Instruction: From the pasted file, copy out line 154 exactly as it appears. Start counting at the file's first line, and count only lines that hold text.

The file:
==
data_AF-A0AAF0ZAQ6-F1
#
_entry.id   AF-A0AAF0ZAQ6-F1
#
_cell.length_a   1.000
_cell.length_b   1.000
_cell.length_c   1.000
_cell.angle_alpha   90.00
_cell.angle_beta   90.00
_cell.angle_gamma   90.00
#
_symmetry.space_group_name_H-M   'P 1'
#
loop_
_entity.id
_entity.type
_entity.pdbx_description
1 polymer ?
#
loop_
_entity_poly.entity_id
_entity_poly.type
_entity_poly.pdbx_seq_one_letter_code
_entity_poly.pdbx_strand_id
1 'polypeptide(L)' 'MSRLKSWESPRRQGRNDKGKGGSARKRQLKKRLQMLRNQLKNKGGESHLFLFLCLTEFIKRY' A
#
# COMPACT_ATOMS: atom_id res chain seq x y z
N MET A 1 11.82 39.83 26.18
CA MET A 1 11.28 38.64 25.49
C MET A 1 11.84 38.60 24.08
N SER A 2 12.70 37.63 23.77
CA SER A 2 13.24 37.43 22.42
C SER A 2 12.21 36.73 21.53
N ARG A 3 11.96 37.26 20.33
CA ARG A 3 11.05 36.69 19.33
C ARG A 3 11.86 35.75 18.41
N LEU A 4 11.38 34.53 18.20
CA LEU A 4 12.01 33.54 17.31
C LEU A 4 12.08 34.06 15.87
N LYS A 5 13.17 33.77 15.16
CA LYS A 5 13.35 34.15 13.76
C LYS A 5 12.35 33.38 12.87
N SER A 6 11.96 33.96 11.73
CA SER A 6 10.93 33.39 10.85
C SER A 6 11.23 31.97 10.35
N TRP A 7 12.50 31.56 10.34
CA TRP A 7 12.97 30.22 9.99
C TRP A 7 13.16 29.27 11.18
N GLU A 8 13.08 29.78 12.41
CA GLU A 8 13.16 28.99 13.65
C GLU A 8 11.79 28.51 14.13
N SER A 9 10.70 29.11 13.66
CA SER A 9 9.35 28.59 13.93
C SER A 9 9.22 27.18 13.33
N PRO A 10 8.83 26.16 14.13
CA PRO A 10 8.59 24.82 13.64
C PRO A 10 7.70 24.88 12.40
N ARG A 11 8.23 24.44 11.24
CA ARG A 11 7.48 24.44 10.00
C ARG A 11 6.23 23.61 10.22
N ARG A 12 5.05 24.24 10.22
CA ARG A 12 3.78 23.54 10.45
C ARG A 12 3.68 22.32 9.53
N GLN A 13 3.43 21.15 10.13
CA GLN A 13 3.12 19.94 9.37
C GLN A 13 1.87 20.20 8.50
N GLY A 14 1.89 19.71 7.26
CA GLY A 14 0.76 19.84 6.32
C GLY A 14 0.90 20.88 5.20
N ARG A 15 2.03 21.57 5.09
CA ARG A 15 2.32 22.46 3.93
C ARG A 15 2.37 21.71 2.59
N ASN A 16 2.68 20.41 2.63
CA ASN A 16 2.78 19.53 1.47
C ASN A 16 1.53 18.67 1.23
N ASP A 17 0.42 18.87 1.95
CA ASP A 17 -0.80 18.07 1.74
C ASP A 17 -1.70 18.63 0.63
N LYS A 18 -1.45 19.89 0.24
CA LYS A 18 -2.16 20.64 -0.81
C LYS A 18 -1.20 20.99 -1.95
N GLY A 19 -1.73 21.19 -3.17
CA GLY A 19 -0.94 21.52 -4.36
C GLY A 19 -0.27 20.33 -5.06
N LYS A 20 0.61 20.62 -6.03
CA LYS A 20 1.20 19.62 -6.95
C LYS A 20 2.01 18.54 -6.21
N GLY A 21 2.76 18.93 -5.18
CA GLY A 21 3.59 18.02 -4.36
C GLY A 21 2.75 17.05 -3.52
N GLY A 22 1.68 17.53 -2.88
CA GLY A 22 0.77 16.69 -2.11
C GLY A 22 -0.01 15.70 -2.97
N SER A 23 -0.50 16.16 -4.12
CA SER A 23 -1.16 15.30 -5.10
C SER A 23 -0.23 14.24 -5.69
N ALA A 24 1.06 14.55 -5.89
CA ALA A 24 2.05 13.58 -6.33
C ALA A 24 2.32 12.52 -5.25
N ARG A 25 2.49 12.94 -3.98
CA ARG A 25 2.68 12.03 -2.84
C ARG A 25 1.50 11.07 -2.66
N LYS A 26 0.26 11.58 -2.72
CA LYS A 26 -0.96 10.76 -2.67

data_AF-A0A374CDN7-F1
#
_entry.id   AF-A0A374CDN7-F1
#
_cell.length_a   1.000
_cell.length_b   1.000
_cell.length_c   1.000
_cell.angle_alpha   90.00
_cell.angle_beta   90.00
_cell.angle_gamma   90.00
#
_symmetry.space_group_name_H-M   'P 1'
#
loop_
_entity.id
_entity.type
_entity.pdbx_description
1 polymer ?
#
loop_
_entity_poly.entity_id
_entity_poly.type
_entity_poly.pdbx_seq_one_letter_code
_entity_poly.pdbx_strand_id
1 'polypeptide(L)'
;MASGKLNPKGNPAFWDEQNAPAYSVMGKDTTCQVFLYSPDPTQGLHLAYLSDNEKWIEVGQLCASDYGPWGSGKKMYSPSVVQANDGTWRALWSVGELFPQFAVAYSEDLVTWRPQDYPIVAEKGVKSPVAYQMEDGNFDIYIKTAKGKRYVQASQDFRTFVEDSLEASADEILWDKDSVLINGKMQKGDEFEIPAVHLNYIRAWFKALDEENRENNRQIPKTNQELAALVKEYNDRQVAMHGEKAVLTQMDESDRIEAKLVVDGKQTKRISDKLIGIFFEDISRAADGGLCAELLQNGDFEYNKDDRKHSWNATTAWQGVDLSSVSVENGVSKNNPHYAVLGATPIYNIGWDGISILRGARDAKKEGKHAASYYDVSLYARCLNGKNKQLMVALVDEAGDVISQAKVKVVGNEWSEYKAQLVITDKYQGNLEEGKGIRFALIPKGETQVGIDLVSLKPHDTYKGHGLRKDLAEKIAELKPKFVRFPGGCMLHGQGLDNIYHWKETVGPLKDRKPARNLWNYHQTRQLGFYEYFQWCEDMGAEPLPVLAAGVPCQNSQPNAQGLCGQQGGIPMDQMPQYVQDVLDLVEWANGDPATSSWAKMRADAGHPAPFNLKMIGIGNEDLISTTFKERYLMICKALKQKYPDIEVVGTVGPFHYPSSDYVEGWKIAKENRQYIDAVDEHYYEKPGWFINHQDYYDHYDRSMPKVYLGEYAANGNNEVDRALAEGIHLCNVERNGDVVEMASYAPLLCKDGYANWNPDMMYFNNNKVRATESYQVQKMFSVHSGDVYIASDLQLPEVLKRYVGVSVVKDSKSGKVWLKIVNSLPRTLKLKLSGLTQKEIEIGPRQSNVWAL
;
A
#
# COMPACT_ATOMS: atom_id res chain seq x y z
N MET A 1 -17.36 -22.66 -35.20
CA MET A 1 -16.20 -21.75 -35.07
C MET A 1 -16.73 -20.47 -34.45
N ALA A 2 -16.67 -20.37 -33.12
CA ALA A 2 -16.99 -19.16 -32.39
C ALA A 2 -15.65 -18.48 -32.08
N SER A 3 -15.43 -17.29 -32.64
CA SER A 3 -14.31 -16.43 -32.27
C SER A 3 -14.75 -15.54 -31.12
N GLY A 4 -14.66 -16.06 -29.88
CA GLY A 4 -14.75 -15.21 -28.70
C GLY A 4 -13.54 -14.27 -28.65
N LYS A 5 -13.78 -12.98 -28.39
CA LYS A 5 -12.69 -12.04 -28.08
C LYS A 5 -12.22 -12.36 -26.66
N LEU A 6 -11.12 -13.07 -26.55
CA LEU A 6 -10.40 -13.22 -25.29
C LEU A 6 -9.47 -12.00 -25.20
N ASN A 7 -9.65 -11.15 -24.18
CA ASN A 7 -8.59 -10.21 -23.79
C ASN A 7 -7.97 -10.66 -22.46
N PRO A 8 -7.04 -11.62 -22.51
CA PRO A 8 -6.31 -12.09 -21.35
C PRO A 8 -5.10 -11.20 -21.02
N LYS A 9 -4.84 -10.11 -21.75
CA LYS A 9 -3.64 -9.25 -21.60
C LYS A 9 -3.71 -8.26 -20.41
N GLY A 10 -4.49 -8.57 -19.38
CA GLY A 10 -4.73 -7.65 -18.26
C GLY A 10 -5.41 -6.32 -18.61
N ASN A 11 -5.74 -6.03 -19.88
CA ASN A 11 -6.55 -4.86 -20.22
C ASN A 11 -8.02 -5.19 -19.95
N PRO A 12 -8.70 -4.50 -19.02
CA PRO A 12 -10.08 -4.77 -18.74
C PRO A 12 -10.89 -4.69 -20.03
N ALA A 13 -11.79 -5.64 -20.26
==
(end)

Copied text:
CA ASN A 7 -8.59 -10.21 -23.79